Digital Camera World


Source: 1 Leading lines The two curved roads leading from the bottom-left and centre-left of the image create strong leading lines towards the middle of the image. These are intersected by the strong diagonal from right to left, enabling the viewer to create their own visual pathways into the image.2 Vertical obstacles The main diagonal line leads out of the frame, but this has been countered by the strong vertical lines of the building on the left-hand side. This barrier prevents your eye following the road out of this side of the frame, and encourages your view to return back into the central area of the image.3 Focal point This brightly lit tower creates a perfect focal point because it is located at the end of the strong diagonal line of the road. This means that as you follow this line, your eye naturally rests here for a while before you move on to take in the rest of the image.4 Vertical lines The horizon is broken up by the vertical lines of the towers and buildings. These verticals make you take more time to explore the shapes and details of the different areas around the centre of the image, rather than simply following the horizon out of the image to the right.5 Blurred clouds The blurring of the clouds creates a subtle counterpoint to the stronger leading lines of the roads in the bottom of the frame, as they create opposing diagonal lines to lead you back to the main focal points of the buildings in the centre of the image.6 Strong diagonal The strong diagonal line created by the largest road from the bottom right to the left leads your eye across the whole frame, enabling you to then scan across the focal points of the buildings. This ends in a gentle curve, to draw you back into the frame.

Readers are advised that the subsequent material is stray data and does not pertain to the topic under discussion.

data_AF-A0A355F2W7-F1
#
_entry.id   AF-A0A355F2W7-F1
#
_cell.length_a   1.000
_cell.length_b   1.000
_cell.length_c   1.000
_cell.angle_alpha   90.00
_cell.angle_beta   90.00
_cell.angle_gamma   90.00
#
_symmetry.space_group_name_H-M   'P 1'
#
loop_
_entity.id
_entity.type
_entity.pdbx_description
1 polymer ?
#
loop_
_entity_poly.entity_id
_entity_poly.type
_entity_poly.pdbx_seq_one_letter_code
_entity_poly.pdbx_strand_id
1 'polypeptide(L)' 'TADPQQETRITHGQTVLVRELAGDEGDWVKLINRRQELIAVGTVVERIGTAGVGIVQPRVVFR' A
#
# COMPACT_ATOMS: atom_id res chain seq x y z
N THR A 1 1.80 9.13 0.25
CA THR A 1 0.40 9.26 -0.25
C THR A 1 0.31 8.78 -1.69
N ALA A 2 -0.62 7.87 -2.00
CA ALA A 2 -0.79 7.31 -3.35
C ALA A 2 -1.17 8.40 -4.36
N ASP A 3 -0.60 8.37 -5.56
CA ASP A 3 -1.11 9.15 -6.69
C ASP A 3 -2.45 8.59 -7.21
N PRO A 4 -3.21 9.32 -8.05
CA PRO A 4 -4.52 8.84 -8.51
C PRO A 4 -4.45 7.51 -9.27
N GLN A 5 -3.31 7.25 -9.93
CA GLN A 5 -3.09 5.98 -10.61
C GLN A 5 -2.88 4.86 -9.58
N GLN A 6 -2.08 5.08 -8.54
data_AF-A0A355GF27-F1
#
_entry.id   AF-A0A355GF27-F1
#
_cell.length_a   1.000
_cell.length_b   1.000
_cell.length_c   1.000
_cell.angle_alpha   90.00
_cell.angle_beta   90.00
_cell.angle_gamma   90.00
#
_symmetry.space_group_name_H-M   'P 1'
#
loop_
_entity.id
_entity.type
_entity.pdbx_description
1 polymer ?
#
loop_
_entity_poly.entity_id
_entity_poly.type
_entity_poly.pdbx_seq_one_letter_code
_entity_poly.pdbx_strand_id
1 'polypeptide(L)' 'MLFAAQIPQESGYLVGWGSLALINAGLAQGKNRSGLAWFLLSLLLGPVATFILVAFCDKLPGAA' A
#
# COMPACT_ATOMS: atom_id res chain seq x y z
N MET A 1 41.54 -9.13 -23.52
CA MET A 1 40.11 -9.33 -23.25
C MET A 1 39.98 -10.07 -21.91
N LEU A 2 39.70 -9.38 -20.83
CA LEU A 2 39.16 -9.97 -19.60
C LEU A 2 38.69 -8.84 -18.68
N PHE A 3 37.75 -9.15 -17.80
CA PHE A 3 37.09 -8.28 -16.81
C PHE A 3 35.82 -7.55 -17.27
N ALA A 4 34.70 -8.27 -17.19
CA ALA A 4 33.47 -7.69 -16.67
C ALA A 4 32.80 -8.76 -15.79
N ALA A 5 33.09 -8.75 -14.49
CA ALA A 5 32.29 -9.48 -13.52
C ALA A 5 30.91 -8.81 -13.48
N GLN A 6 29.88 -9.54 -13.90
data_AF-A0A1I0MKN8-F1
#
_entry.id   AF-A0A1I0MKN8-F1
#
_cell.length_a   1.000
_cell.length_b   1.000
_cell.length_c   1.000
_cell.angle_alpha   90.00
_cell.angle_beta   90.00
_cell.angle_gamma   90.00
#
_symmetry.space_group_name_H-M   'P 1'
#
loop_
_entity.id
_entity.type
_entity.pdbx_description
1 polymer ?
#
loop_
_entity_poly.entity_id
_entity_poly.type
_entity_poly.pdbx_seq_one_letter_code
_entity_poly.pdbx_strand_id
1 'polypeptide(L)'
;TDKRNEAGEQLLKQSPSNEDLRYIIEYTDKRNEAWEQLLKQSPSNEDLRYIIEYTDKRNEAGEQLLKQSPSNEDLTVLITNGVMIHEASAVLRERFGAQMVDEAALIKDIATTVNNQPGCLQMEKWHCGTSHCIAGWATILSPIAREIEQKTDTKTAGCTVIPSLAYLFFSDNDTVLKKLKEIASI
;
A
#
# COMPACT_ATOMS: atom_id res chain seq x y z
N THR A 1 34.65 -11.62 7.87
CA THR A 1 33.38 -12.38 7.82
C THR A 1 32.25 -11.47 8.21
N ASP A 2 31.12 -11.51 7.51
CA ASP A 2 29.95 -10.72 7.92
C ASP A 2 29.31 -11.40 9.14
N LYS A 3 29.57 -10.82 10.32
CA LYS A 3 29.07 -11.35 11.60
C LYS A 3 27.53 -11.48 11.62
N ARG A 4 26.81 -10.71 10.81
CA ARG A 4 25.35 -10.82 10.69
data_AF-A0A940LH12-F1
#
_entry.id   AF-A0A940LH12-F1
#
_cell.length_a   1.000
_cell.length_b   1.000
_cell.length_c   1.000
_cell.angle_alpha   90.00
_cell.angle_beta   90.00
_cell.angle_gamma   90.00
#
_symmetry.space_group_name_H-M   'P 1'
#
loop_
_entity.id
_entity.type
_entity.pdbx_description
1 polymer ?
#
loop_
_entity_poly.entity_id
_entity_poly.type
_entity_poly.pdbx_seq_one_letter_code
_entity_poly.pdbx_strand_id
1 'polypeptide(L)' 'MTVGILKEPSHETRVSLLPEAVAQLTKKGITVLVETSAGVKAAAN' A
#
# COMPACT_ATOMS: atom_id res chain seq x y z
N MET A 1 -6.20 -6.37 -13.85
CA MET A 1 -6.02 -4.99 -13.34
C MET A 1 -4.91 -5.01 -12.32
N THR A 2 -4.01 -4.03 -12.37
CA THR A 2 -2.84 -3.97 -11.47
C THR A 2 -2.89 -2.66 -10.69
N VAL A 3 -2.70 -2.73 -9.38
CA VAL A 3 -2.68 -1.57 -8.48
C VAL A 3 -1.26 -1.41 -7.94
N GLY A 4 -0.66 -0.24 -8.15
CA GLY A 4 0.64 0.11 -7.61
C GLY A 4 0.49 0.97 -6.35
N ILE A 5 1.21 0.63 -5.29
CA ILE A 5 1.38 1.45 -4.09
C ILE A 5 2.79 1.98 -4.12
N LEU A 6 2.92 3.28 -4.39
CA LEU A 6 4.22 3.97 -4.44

Thinking about how the different areas, objects and subjects in the picture interact with each other and add to the story will

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